Last weekend, a variety of community organizations, including the Republican, in the city of Springfield, Massachusetts sponsored a "community summit" called "City of Hope: Saving Our Youth." This summit and a preceding summit in January were organized in response to recent violence that has claimed a number of lives, particularly among young African-American men.
The summit hosted discussions of solutions to youth unemployment and violence. Organizers of the summit felt that this was a good start, but more is needed. The Republican quoted Denise Jordan, the summit's moderator as saying that
It's one thing to come up with solutions, but if we're not going to carry them out, it's not effective. We have to engage the powers that be so we can effect change.
The Rev. Talbert Swan II, Assistant Executive Director of Northern Educational Services, a non-profit organization serving Springfield and environs was quoted by the Republican as saying
Our community's biggest problem has been what to do beyond the initial response.
The issue of youth poverty and violence in Springfield is one that ought to engage the attention and support of people well beyond Springfield - throughout western and central Massachusetts and indeed throughout all of Massachusetts. Beyond the compassion that we should feel for the suffering and despair that is going on within Springfield, we should be concerned relative to our own economic self-interest. The fortunes of Springfield affect all of us living west of Worcester. The value of my property and that of my neighbors is affected by what goes on 20 miles to the west. The economic prospects of this region are surely affected, if not driven, by what happens in the neighborhoods of Springfield.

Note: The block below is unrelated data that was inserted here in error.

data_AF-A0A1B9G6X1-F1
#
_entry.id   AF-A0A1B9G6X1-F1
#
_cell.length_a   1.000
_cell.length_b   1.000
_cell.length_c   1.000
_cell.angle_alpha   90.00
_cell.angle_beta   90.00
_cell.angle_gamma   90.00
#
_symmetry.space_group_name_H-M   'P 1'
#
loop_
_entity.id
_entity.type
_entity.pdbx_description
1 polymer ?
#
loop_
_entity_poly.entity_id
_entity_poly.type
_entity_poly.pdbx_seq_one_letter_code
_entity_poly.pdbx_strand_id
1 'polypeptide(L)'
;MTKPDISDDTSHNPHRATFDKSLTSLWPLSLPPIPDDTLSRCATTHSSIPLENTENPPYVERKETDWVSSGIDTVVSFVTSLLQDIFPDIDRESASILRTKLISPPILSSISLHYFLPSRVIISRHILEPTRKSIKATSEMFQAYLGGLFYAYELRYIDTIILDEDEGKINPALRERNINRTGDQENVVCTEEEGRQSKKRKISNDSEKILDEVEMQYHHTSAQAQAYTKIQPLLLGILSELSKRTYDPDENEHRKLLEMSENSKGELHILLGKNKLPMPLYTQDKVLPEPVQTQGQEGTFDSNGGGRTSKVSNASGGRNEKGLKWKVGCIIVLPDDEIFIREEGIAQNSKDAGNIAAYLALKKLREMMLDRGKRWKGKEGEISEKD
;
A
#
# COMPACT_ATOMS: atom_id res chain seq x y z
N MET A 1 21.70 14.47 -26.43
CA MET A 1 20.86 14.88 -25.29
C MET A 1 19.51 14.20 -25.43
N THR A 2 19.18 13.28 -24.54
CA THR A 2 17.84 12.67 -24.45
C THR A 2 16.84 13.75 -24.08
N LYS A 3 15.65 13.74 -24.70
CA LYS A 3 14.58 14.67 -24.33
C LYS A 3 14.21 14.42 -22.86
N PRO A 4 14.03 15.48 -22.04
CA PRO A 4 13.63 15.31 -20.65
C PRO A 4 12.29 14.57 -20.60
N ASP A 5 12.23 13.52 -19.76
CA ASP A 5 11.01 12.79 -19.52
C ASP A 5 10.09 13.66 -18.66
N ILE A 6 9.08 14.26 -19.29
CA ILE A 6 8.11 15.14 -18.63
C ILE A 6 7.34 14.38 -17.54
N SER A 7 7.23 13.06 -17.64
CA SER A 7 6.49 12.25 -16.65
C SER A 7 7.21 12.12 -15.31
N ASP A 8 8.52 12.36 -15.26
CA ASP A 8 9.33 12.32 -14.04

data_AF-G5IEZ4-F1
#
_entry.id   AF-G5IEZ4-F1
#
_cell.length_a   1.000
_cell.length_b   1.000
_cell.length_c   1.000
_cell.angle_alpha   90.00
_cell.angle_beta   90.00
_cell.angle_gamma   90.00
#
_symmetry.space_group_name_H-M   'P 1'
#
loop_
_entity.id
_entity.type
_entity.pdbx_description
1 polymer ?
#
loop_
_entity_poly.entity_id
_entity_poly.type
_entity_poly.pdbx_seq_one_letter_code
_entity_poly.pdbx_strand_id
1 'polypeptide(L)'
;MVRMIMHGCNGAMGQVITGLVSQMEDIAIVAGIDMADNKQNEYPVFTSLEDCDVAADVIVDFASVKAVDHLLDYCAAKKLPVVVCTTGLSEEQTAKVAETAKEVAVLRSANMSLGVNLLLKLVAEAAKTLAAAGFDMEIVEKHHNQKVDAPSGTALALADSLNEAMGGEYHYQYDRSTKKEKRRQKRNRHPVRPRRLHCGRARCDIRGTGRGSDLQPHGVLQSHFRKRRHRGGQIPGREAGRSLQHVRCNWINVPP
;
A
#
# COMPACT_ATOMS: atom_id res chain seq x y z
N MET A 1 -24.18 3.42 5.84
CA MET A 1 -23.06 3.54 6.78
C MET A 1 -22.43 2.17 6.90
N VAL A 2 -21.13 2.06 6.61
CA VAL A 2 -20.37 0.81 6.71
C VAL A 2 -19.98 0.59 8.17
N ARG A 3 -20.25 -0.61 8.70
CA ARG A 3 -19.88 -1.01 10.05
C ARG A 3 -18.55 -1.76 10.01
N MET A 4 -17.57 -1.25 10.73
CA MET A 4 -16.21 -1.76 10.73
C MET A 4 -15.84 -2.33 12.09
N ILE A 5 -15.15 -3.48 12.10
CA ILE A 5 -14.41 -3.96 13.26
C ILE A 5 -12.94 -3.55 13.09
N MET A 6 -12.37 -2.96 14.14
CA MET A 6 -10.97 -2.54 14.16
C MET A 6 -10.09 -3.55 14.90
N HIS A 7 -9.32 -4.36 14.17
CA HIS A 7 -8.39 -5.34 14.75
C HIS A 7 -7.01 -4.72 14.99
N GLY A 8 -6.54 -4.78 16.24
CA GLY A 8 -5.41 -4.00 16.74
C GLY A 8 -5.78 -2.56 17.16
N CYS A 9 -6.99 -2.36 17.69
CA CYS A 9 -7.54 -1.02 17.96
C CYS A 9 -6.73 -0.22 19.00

All of us in western and central Massachusetts, particularly those of us who are insulated by physical or social distance from these problems, need to support the efforts of community leaders like Denise Jordan and Talbert Swan as they address the serious problems facing Springfield and its neighborhoods.